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Drip irrigation for roses

posted by: edenh on 03.17.2014 at 02:45 pm in Roses Forum

Hi
I would like to set up drip irrigation for my roses. I am not quite sure what kind of dripper to use and how to incorporate fertilizing with the irrigation. Can anyone help?

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clipped on: 03.23.2014 at 11:22 pm    last updated on: 03.23.2014 at 11:22 pm

A Dozen Roses I Should Have

posted by: Kippy-the-Hippy on 10.29.2013 at 10:53 pm in Antique Roses Forum

I would love suggestions the dozen roses I should have in my SoCal area.

Happy, Healthy, Scented, Easy to root..... (not really in to red reds)

I have a wish list:
Baronne Prevost
Lady Roberts
Monsieur Tillier
Sombreuil
Anna Olivier
Gilbert Nabonnand
Mrs. B.R. Cant
Niles Cochet
Rosette Delizy
Souvenir de Pierre Notting
Maman Cochet
Barbara's Pasture Rose
White Maman Cochet
La Reine
Maman Cochet Climbing
Climbing Pink Powderpuff
Buff Beauty

Any I should take off or add? I made this list up from comments on past threads, but thought I would ask again.

If I wanted to get plants that were about 4 feet tall first, which would you suggest?

I have:
Reve d'Or
Arch Duke Charles
Lady Hillingdon
Lady Ann Kidwell
Grandmothers Hat
Alister Stella Gray
Crepuscule
Madame Berkeley
Cl Cecile Brunner

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clipped on: 10.30.2013 at 12:06 am    last updated on: 10.30.2013 at 12:06 am

Cheap homemade deer repellent..actually works!

posted by: mersiepoo on 05.30.2008 at 06:20 pm in Plants for Difficult Places Forum

I did an experiment with my new plants this year. The good thing is is that it works, and my plants haven't been chewed to the ground like they usually are. The bad thing is, is you have to reapply it after a rain, and I am not taking any chances so I apply it every couple of days, at least until the deer have established their feeding habits.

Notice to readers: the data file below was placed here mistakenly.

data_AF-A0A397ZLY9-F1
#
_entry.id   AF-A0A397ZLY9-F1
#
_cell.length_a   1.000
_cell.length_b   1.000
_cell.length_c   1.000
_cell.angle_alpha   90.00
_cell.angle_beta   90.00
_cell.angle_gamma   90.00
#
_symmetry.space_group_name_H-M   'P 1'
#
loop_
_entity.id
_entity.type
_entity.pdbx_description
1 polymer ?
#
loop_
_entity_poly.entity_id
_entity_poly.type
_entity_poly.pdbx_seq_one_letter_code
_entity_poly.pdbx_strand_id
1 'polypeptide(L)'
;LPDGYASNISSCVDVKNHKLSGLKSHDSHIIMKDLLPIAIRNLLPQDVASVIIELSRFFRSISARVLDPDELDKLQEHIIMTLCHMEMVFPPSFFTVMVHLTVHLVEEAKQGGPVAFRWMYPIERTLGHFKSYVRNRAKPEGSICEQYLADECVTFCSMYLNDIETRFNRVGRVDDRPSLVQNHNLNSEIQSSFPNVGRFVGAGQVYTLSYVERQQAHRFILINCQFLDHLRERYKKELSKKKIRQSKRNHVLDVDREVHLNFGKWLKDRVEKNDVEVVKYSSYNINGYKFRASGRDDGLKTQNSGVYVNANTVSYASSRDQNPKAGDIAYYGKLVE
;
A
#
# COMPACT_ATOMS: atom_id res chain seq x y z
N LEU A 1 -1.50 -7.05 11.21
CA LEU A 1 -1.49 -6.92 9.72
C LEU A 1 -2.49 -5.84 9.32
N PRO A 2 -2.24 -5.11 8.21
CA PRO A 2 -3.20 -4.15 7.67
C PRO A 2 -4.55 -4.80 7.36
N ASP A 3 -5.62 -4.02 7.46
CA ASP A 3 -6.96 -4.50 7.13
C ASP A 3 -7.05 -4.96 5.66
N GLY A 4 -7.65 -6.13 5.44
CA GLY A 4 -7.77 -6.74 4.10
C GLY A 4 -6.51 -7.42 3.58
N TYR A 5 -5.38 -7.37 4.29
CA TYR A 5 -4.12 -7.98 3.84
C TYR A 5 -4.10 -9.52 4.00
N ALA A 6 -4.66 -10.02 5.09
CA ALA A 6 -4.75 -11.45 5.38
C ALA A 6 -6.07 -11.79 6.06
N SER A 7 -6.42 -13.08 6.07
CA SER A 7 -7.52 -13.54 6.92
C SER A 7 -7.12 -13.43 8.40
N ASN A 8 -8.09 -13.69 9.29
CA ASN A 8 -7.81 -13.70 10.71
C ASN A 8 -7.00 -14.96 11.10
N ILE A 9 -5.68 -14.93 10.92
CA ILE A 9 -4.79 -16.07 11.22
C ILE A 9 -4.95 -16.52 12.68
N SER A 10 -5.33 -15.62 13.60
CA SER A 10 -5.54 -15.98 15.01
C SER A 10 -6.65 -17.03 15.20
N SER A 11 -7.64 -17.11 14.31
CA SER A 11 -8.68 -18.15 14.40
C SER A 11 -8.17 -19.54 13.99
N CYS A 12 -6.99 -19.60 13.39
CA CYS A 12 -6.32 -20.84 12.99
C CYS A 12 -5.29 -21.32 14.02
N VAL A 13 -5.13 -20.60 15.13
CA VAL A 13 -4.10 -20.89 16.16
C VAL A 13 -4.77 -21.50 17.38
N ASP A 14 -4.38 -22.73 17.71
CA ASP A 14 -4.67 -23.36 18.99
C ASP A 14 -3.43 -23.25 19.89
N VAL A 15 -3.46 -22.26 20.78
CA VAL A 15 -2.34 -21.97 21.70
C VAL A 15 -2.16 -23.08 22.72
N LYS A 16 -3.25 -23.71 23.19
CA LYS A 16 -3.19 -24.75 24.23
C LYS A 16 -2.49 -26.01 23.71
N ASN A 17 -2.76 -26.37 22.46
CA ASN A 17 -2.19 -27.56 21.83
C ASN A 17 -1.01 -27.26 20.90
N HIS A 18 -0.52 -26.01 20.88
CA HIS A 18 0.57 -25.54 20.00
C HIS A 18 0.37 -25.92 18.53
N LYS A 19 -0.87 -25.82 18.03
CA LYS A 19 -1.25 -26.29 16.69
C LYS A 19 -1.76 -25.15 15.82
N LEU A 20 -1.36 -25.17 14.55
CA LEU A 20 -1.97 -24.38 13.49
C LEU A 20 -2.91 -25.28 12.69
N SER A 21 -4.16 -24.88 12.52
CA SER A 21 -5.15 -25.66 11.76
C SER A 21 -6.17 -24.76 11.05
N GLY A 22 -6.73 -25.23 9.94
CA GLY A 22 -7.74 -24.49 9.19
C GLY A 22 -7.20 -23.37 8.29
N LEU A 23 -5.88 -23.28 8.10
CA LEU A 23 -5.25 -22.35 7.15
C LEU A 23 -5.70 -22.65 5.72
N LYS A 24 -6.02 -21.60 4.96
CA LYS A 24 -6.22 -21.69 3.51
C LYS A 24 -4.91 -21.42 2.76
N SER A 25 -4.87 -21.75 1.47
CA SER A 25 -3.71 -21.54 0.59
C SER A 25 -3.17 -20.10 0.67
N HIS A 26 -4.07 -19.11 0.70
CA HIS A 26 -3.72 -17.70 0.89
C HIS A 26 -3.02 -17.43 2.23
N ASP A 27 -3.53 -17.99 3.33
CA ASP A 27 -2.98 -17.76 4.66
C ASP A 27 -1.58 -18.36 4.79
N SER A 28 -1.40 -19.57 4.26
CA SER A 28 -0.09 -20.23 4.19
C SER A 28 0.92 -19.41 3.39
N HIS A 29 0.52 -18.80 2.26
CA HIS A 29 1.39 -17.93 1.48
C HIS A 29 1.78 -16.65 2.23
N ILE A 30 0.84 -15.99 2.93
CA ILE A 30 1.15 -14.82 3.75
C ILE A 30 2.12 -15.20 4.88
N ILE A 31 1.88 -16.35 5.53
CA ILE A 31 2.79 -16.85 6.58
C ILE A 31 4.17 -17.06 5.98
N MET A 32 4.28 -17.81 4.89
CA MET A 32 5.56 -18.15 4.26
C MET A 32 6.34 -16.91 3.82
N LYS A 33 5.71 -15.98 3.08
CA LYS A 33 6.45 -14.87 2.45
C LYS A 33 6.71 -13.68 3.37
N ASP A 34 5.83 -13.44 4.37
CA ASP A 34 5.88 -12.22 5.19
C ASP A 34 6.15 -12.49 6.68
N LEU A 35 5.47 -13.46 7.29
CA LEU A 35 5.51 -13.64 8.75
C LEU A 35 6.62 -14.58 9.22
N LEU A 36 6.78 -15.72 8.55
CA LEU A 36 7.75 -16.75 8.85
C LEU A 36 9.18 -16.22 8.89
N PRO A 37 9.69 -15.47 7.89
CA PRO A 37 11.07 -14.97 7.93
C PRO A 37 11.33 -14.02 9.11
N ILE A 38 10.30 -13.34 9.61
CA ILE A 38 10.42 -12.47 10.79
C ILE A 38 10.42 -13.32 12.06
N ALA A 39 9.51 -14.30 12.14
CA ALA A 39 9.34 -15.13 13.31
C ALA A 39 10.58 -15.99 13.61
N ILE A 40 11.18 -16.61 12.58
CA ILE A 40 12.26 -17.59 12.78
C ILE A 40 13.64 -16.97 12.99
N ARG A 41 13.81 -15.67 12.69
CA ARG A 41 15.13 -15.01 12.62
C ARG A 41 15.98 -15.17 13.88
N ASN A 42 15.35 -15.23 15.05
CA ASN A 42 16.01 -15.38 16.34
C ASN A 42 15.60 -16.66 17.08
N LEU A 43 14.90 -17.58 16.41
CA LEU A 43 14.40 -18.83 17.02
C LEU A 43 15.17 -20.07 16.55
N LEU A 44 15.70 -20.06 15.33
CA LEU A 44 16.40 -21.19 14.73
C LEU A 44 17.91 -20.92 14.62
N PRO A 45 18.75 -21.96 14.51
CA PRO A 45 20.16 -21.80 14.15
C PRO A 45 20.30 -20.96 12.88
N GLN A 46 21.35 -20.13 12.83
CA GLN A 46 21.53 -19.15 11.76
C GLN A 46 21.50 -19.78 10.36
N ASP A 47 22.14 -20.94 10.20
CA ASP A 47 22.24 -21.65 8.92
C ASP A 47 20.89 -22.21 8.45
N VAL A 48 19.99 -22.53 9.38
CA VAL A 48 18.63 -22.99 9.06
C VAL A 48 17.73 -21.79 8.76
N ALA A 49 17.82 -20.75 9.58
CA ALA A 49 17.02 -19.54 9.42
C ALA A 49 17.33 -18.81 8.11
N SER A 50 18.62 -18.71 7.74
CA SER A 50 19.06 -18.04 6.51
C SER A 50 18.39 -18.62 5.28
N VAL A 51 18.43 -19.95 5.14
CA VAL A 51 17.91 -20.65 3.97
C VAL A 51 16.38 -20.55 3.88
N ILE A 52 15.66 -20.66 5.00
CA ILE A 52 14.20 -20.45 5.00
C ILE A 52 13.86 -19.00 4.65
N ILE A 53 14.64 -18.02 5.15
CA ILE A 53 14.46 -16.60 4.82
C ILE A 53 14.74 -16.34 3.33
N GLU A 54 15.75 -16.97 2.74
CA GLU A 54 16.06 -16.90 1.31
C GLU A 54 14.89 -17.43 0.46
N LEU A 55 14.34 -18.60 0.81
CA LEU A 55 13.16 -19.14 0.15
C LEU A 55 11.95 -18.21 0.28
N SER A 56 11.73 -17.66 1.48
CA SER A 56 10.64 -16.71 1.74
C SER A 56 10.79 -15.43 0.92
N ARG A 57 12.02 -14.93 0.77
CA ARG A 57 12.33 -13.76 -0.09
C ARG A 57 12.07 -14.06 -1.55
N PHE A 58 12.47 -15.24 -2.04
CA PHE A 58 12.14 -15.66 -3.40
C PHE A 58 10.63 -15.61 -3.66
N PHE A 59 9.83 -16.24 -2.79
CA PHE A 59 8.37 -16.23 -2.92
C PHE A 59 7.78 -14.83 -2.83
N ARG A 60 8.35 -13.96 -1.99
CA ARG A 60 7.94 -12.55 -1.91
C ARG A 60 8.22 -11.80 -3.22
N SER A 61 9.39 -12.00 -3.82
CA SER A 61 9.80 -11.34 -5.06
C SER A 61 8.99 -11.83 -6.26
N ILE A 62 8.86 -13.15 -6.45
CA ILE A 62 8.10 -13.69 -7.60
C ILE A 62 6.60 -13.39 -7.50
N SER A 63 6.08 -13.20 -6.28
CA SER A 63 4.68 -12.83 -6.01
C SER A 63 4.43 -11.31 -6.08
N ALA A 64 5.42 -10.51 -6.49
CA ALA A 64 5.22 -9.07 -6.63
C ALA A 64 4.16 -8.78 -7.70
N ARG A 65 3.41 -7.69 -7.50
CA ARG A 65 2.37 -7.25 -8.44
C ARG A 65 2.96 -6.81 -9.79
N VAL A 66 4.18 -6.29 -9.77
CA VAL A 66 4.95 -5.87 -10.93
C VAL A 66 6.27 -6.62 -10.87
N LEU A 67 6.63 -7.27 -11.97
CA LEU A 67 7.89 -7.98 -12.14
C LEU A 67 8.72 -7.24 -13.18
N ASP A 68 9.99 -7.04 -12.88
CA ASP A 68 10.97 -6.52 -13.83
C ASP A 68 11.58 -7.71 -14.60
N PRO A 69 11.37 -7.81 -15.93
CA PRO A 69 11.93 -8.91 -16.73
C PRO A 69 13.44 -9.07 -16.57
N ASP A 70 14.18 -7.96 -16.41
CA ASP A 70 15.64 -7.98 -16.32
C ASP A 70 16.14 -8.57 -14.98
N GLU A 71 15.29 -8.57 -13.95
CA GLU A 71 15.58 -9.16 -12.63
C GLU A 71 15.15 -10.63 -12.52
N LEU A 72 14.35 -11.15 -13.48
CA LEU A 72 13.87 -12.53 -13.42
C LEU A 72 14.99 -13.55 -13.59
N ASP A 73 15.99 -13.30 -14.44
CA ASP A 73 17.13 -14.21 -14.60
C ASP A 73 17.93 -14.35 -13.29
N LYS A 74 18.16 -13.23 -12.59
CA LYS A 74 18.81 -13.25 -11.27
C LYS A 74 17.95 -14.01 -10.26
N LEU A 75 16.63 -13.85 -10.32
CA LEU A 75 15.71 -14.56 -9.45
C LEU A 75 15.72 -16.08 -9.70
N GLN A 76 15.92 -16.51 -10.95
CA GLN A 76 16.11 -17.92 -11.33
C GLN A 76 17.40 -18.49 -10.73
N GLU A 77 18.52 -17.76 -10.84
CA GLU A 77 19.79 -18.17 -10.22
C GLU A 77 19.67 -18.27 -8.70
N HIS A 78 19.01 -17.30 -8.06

1 egg
1 or 2 garlic cloves, smashed or minced
1 tablespoon of yogurt or milk

Mix in a gallon jug, and pour a little on your plants. I usually make it early in the day so the garlic has a chance to steep. It must work, because other plants that haven't been drenched in the mix have been browsed.

Not sure if it works on rabbits, but the deer avoid it! Don't have to use a ton, I just dribble it on all my plants.

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clipped on: 09.15.2013 at 01:01 pm    last updated on: 09.15.2013 at 01:01 pm

Small Old Garden Roses for Small Gardens

posted by: ThomasLearning on 09.01.2013 at 02:32 am in Antique Roses Forum

Small Old Garden Roses (OGR) for Small Gardens

Here is a revised list of small Old Garden Roses for small gardens. I will post a new list from time to time as I learn about new roses. Many of the roses were suggested by this forum’s members. Thank you again. I would love to hear from any one who has grown these roses for 4 years or so and who prune these roses (if needed). Please share your tips for keeping the size small and the roses beautiful.

1. Archduke Charles (China / Bengale circa 1825)
2. Barbara's Pasture Rose (Hybrid Perpetual, found rose)
3. Beauty of Rosemawr (Tea, 1903)
4. Boule de Neige (Bourbon, 1867)